Sully sullied

Dave Randall, in his review (9/21) of the film Sully, does not seem to understand what he is watching, and seems remarkably unaware that he was viewing a work of fiction. Someone who is going to review movies needs to be more media-savvy than that. He doesn’t have to read Sully’s book to learn that the depiction of all the NTSB behaviors and events in the movie are pure fiction; the briefest Internet search would have revealed the truth.  

Randall treats the events as if true, when in fact, every aspect of the NTSB segments of the film is completely invented by Eastwood in order to solve two problems: In order to make a dramatic and interesting film, Eastwood needed an antagonist, and he has the problem of making a 90-minute movie out of an event that lasted less than seven minutes.

Consequently, Eastwood invents an antagonist in the NTSB, which is a lie that solves his dramatic problems while conveniently supporting his personal politics.

Sully’s book — and the ample discussion online — reveals that never at any time was Sully treated to the incriminations or behaviors from the NTSB depicted in the film. The real NTSB review came more than six months after the event, consisted of only a single eight-person panel, and at all points treated Sully respectfully and as a hero.  

Though Randall notes that the NTSB officially objected to its portrayal in the film, he irresponsibly does not let his readers in on the fact that the film’s portrayal is completely contrary to the actual events.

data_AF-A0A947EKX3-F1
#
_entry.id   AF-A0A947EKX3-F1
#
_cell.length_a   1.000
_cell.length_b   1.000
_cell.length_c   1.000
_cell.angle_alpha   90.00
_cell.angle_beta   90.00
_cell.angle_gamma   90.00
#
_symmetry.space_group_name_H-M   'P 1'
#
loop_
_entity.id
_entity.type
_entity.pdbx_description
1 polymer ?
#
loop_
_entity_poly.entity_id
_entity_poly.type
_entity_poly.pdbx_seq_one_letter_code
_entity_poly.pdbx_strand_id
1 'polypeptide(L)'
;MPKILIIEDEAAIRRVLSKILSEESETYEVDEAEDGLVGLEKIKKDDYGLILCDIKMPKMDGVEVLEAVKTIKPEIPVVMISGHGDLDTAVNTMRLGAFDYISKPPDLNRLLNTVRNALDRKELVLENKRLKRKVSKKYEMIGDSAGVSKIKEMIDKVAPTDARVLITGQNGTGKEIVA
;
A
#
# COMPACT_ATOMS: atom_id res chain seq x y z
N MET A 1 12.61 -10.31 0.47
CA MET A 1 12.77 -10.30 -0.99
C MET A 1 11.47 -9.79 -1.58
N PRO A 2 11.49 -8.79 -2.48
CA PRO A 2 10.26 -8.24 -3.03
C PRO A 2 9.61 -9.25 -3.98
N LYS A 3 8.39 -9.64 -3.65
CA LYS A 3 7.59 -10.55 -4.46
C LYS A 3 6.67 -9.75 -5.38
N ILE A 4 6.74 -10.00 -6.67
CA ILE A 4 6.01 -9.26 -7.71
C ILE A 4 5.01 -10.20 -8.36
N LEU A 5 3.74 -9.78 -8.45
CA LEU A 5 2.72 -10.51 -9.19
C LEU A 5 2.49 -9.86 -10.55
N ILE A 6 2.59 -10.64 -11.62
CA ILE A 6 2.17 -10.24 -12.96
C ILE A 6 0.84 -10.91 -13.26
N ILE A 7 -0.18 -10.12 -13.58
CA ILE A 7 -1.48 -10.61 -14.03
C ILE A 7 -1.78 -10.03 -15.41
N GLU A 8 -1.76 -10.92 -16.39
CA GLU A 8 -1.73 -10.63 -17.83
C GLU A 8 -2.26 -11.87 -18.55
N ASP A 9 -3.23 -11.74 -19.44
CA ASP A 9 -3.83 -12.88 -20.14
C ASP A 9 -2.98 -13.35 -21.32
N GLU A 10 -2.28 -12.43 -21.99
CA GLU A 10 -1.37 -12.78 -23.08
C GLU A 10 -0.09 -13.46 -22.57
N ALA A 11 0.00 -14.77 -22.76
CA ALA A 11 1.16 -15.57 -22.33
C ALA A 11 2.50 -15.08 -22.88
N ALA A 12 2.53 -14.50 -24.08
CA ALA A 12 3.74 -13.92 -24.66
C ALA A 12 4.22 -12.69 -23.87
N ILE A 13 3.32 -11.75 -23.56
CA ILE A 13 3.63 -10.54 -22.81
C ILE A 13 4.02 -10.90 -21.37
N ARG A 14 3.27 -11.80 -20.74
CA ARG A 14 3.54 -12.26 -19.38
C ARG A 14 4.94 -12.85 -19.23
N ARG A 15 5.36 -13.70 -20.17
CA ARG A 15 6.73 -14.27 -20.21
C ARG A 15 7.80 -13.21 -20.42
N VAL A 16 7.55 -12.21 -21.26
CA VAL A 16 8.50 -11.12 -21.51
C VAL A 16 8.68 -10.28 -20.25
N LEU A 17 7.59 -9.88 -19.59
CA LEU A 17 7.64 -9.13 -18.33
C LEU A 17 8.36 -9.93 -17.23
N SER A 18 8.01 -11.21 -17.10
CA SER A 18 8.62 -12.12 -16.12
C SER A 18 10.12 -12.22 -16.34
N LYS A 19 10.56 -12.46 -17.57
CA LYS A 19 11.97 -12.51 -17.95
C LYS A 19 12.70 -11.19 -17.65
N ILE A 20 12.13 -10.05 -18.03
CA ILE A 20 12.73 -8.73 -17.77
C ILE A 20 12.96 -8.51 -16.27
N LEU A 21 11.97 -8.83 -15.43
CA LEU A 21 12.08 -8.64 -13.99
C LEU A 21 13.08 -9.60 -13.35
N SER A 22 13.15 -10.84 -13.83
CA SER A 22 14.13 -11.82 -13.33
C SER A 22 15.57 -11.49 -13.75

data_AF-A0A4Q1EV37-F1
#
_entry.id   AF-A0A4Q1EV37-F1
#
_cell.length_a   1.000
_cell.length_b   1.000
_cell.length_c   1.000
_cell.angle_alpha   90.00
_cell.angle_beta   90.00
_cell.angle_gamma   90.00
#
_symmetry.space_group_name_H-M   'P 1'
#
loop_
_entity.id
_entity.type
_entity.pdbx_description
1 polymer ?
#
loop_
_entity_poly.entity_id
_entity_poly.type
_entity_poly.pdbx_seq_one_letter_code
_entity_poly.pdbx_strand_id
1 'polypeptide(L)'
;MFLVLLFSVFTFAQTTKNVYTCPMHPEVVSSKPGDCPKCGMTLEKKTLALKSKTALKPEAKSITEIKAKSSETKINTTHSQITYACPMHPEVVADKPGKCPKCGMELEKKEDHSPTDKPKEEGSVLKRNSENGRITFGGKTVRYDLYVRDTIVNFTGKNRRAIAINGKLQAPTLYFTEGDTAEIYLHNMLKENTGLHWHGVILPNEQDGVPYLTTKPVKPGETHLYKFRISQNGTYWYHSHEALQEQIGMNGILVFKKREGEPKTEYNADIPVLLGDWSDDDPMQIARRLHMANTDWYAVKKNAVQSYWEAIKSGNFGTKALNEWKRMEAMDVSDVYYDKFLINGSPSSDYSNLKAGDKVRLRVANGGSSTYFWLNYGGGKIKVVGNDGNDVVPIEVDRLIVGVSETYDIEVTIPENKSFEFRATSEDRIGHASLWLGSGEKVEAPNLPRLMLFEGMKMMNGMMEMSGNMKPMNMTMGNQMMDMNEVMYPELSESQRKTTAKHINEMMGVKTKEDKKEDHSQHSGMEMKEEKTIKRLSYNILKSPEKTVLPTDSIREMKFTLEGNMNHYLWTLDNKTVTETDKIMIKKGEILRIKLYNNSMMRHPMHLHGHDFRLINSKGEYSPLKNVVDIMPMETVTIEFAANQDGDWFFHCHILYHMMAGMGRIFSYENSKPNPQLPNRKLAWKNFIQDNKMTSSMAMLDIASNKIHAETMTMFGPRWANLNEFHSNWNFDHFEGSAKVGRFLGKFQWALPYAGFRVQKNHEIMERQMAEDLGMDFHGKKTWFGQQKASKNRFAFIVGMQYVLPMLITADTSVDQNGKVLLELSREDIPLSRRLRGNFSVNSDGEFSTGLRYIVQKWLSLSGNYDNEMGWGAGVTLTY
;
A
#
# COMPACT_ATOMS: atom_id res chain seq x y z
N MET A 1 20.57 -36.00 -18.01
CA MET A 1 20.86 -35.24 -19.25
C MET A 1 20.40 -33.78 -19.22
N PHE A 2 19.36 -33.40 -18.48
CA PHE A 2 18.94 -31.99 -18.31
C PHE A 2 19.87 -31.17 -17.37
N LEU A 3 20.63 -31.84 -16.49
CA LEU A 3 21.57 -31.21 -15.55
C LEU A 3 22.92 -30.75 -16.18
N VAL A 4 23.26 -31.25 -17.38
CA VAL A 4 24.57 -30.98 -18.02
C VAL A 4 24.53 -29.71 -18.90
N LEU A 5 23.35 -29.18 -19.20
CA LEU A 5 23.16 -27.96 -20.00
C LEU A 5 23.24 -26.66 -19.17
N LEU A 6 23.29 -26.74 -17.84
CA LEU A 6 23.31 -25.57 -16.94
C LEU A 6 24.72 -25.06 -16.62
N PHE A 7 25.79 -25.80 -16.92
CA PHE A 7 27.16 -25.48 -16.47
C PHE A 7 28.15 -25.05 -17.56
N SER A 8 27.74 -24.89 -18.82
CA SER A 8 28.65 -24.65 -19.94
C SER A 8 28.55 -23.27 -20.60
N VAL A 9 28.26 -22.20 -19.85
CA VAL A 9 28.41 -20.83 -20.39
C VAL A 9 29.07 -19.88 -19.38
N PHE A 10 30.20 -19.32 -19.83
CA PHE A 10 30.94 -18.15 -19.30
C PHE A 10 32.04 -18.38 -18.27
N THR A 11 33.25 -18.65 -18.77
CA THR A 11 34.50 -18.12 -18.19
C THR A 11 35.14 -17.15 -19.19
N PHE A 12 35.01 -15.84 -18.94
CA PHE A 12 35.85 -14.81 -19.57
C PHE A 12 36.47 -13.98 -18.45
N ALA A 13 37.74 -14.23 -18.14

Contrary to what is implied in Randall’s review, the world did not know of what was happening to Sully vis-a-vis the NTSB accusations behind the scenes because such accusations and events did not exist.

A film reviewer has to understand and recognize the difference between fact and fiction. Not to do so is journalistically irresponsible and potentially compromises the integrity of your publication.

I wouldn’t make such a big deal over this if it weren’t for the fact that the VC Reporter has many, many times run reviews by reviewers that clearly did not understand what they were watching. I also understand that this is extremely difficult for an editor to catch this. [I know, I was once arts and culture editor for a major city glossy mag.] After all, you depend on your reviewers to see and review the films or theater or whatever, before you or anyone else gets a chance to see them, and thus an editor can easily be blind-sided by an irresponsible reviewer.  I also understand all too well that an independent weekly in a smaller market has to deal with the resources it has available, such as they are.

I also have to say that you do have reviewers, especially in terms of film, such as Mr. Pompey, who consistently do an excellent job.

Erik ReeL


We are writing to express our thanks for the fantastic write up in the VC Reporter Best of Ventura County Issue (Sept. 15).

We were surprised and delighted to discover that we had been chosen as an Editor’s Pick! Our gratitude to Daphne Khalida Kilea for her article on us that she skillfully synthesized from our two websites. 

As independent practitioners and small business owners, it’s all too easy to put our heads down, focusing only on our clients and the day to day, while missing the greater contribution to our wider community. Your “Best of” issue has a special way of making all those selected not only feel honored, but more connected to the broader Ventura County community that we are so grateful to be are a part of. 

Gianna & André Ripa